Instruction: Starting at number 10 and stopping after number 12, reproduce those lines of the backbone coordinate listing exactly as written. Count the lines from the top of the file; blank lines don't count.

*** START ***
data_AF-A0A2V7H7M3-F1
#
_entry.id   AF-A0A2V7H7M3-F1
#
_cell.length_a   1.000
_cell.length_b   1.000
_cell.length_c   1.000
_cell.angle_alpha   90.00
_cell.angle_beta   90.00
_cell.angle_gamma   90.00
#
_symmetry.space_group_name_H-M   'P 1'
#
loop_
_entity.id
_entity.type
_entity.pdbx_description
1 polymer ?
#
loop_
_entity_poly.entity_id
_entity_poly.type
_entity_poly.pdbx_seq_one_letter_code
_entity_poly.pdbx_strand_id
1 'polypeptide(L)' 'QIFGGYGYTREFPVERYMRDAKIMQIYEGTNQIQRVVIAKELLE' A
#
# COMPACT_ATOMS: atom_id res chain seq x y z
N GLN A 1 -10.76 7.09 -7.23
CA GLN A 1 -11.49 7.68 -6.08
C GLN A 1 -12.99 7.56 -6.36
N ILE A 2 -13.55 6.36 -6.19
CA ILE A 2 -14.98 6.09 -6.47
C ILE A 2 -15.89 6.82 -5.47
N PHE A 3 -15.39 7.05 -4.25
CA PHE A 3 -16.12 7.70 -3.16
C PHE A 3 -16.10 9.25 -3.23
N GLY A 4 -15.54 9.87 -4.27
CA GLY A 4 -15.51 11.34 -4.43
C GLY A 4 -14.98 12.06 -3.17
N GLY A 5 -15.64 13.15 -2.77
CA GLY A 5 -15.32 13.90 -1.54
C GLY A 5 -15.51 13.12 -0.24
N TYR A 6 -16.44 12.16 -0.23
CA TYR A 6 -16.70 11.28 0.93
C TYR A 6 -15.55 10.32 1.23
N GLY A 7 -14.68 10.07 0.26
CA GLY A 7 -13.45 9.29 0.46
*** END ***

_cell.angle_gamma   90.00
#
_symmetry.space_group_name_H-M   'P 1'